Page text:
LOS ANGELES (Reuters) - Smoke from wildfires in California slashed the state’s solar energy by nearly a third earlier this month because miniscule airborne particles reduced the amount of sunlight reaching panels, according to the U.S. Energy Information Administration.
In the first two weeks of September, average solar generation in the California Independent System Operator, which covers 90% of utility-scale solar capacity in the state, declined nearly 30% from the July average, EIA said.
Compared with the same period last year, solar generation fell 13.4% in the first two weeks of September despite California having added 659 megawatts of utility solar, an increase of more than 5%.
California has more solar capacity than any other U.S. state. In 2018, solar provided 19% of the state’s electricity generation, according to EIA.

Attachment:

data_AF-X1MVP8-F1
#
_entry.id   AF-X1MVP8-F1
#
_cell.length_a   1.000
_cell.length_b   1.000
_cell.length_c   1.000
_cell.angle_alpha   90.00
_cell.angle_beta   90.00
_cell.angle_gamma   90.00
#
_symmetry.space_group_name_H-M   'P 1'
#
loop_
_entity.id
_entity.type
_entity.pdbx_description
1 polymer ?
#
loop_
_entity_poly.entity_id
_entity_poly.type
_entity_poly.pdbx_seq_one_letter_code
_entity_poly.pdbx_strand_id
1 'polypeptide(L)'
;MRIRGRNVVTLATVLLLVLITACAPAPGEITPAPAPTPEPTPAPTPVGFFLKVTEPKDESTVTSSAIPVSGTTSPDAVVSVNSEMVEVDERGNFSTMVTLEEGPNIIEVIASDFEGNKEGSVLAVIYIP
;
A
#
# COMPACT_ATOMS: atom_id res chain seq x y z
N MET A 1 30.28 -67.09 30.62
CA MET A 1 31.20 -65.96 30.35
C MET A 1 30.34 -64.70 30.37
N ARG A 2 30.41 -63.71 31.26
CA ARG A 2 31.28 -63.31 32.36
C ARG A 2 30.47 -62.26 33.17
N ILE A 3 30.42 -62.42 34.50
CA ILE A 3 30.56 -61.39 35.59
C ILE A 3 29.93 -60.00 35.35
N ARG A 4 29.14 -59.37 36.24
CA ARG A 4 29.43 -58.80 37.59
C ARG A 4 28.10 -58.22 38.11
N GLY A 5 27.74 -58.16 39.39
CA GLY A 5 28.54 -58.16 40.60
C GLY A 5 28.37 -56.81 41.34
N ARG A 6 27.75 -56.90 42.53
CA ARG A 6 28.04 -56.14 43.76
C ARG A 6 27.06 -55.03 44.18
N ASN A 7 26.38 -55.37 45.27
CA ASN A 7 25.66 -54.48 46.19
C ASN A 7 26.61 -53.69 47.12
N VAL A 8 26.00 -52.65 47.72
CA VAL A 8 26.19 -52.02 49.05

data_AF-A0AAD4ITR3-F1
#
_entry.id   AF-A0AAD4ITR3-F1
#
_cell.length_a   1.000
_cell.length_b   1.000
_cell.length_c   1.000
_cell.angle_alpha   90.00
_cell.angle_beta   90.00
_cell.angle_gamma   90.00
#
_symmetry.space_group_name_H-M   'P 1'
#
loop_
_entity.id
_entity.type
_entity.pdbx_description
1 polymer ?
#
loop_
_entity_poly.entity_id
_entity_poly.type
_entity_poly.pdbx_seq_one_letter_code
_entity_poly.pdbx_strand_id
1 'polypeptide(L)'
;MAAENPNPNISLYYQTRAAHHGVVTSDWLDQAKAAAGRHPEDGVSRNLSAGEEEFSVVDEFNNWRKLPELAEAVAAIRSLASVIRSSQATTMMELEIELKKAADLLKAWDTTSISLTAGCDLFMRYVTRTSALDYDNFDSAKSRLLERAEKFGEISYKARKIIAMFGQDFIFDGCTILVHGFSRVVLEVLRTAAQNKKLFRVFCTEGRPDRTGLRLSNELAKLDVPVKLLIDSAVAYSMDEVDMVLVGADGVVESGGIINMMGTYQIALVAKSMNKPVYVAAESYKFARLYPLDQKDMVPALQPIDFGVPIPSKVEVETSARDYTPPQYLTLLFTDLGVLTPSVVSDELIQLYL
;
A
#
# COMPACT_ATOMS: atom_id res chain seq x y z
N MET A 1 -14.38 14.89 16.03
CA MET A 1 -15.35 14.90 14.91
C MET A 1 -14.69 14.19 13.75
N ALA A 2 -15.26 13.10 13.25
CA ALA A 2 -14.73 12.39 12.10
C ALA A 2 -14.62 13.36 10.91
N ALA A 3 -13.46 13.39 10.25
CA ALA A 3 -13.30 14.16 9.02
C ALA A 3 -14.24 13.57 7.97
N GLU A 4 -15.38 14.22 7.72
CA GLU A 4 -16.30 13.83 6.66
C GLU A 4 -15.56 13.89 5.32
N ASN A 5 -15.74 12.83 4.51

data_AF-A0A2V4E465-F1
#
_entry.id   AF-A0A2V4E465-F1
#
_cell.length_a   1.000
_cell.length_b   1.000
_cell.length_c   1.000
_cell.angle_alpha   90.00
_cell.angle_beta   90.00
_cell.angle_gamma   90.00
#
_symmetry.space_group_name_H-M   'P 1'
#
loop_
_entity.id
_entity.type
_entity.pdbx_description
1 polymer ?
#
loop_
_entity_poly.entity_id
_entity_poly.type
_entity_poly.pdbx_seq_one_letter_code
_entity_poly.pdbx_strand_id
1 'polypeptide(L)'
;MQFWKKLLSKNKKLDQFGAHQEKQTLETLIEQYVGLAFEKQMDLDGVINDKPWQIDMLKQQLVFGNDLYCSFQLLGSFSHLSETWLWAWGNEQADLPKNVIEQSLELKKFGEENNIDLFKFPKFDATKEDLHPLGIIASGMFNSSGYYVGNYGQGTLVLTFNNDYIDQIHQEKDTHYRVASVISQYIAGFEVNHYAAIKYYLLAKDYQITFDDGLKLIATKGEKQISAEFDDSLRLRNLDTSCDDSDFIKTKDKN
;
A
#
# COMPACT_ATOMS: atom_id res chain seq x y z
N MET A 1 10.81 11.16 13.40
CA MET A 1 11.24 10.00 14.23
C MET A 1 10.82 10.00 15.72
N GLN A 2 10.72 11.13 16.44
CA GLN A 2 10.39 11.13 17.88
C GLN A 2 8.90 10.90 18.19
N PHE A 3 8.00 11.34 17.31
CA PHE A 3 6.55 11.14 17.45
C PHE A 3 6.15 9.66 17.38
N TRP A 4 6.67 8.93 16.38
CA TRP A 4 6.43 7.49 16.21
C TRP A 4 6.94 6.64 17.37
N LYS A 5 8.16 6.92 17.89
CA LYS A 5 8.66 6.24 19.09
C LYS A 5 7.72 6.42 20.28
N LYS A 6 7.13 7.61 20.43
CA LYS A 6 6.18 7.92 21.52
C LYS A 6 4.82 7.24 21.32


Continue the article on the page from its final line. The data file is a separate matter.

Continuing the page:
Fires in California have burned over 3.8 million acres (1.5 million hectares) since January, far exceeding any single year in state history.
They have been stoked by increasingly frequent and prolonged bouts of extreme heat, high winds and dry-lightning sieges that scientists attribute to climate change.
Wildfire smoke contains pollution particles that are 2.5 micrometers or smaller, known as PM2.5. Those particles reached their highest level on record in the state on Sept. 15 after beginning to increase in mid-August.
Offshore winds pushed smoke from the largest fires in the northern part of the state into Southern California, where most of the state’s utility-scale solar plans are located, EIA said.
Reporting by Harshith Aranya in Bengaluru and Nichola Groom in Los Angeles; Editing by Steve Orlofsky and Lisa Shumaker
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